From November 20 until January 6, the exhibition “Treasures of Albanian Cultural Heritage” will be at the Vittoriano Museum Complex in Rome, and from January 23 to April 7, 2013 at Palazzo Madama in Torino*.
One hundred and fifty exhibits* *, artifacts and works from prehistoric times to the seventeenth century will be on display in a free exhibition that is sponsored by the President of the Italian Republic, in cooperation with Albania’s Ministry of Foreign Affairs and Ministry of Culture, The Embassy of Albania in Italy, the Lazio Department of Culture and the city of Torino. The exhibition is curated by Apollon Bace of the Tirana Centre of Monuments of Culture in collaboration with Shpresa Gjongecaj of Albania’s Institute of Archaeology and Neritan Ceka, archaeologist and adviser to the Prime Minister for Culture and Heritage (now Ambassador to Italy), and coordinated by the Director of the Vittoriano Museum, Alessandro Nicosia. The exhibition was inaugurated by many senior ranking bureaucrats as well as academics and scholars, under the framework of 100 years of Albanian Independence.
It is a made up of items from museums throughout Albania, including Berat, Tirana, Durres and Apollonia. It covers various daily-use objects from the Neolithic period (beginning sixth millennium BC), bronze weapons and gold jewelry, figures in terracotta from the Archaic Age (VII – VI century BC), a terracotta of Aphrodite and the marble and stone of the Hellenic period, (V century BC), coins from the Roman administration(II century BC), onward to the High Middle Ages, and wooden icons of late antiquity (XVI century), showing the continuous exchanges with Italy and the East.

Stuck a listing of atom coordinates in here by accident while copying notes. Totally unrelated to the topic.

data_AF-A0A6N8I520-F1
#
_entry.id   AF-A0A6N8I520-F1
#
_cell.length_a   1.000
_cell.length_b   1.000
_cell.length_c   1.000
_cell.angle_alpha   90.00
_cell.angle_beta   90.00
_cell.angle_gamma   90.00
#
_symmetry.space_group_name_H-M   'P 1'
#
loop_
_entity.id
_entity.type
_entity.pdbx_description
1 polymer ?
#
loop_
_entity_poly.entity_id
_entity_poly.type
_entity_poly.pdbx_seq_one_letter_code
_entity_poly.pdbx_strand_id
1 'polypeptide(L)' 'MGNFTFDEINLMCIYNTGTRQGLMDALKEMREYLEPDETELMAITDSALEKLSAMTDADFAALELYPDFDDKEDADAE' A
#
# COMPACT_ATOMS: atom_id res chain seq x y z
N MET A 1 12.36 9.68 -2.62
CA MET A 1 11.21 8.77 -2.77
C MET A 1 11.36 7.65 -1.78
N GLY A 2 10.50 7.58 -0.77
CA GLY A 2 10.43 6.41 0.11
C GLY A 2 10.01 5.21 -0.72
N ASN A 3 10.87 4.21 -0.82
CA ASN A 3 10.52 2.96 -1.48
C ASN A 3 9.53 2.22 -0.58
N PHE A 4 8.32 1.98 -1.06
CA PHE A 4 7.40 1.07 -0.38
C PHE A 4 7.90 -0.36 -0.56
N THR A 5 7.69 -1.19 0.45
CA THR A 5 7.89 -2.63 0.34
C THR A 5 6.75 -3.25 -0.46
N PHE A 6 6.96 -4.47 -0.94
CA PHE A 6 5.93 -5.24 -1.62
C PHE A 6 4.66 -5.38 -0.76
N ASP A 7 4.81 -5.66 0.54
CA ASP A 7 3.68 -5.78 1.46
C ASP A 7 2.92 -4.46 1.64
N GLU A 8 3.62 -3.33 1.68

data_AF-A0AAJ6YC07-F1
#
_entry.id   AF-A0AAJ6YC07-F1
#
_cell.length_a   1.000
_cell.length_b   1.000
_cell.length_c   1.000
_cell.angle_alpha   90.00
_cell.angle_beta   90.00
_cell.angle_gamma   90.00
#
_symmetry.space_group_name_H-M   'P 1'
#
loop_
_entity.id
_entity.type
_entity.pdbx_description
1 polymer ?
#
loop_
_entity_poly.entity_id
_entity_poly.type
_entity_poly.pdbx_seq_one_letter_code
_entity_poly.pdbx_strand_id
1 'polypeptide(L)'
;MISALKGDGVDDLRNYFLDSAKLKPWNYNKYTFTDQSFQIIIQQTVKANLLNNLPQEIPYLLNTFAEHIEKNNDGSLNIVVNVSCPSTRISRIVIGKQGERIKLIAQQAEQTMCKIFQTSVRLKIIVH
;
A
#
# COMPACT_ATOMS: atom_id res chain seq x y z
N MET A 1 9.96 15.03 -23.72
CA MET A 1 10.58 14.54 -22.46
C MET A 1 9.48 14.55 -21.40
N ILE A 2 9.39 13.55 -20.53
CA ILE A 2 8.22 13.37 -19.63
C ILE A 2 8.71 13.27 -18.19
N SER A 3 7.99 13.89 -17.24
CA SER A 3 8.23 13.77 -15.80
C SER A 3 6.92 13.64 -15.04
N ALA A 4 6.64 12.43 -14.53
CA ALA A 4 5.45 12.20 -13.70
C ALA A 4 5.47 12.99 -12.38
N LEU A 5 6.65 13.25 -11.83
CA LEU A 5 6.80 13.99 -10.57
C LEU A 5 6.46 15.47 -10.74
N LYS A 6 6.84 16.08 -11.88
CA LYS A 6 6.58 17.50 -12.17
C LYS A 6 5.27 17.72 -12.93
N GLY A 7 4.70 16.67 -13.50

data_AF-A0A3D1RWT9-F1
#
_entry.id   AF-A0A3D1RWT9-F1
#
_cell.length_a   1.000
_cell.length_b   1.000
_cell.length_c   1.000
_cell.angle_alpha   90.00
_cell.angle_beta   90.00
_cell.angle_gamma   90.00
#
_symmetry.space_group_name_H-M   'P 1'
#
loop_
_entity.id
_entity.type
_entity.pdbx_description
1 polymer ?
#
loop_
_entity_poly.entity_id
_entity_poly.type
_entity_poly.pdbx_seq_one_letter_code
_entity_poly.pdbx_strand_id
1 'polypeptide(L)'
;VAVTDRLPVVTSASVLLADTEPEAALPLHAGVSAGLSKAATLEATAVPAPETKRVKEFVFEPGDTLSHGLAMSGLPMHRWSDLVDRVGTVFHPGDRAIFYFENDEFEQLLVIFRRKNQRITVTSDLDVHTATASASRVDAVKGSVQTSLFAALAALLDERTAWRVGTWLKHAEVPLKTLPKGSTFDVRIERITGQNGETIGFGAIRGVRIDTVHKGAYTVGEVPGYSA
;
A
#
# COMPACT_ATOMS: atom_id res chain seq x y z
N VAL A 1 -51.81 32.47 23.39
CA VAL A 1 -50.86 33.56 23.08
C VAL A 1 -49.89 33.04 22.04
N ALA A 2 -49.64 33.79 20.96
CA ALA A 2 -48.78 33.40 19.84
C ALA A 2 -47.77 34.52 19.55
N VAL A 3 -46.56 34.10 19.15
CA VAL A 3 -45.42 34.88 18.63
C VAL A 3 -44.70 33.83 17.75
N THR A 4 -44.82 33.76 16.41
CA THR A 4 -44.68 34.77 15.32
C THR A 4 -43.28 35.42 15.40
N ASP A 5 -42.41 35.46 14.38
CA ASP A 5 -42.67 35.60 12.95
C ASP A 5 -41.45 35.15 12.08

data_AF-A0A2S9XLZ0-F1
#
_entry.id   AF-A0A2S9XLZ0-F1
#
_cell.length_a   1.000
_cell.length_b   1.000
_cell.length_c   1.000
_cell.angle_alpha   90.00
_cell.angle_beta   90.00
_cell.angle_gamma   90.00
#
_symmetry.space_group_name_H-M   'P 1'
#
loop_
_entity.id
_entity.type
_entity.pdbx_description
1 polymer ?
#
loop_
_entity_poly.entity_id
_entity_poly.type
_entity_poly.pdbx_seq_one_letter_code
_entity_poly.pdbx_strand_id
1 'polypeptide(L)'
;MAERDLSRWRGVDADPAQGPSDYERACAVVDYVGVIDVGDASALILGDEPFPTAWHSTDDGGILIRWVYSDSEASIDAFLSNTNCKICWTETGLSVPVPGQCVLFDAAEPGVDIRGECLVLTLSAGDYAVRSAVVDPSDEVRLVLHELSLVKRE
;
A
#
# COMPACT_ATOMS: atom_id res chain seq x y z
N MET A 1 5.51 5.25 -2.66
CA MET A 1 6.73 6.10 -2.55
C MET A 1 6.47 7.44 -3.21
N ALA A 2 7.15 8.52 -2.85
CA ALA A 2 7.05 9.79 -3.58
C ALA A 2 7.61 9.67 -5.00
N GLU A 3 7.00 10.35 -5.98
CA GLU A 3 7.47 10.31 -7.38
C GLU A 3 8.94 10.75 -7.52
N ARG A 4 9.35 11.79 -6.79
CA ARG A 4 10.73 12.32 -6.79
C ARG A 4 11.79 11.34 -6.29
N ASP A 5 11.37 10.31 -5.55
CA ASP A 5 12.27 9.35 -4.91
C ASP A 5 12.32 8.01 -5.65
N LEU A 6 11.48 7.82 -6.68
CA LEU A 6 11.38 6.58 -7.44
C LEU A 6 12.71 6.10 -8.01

On display is the 4th century BC head of Apollo, as well as finds from the Hellenic and Roman periods, icons painted by Onufri, and the Epitaph of Gllavenica with the Deposition of Christ embroidered in silk, silver and copper. Also a ”triple vessel” made of pottery from the eighth century BC, a 12th century BC “jewel of gold spiral” and 4th century BC silver bracelet. There are terracottas depicting Aphrodite and Apollonia, and a marble head of Apollo from the first half of the fourth century BC. Among the icons is a tempera on wood of the Church of the Annunciation of Berat dated to the mid 16th century
The exhibition also highlights the archaeological cooperation between Albanians and Italians and contains some of the discoveries made by Luigi Maria Ugolini*, the Italian archaeologist who helped uncover Butrint.
During the exhibit’s month and a half in Rome where admission was free, it attracted 45,000 visitors. It is currently on display in Torino until April 7, with admission of 10 euros.
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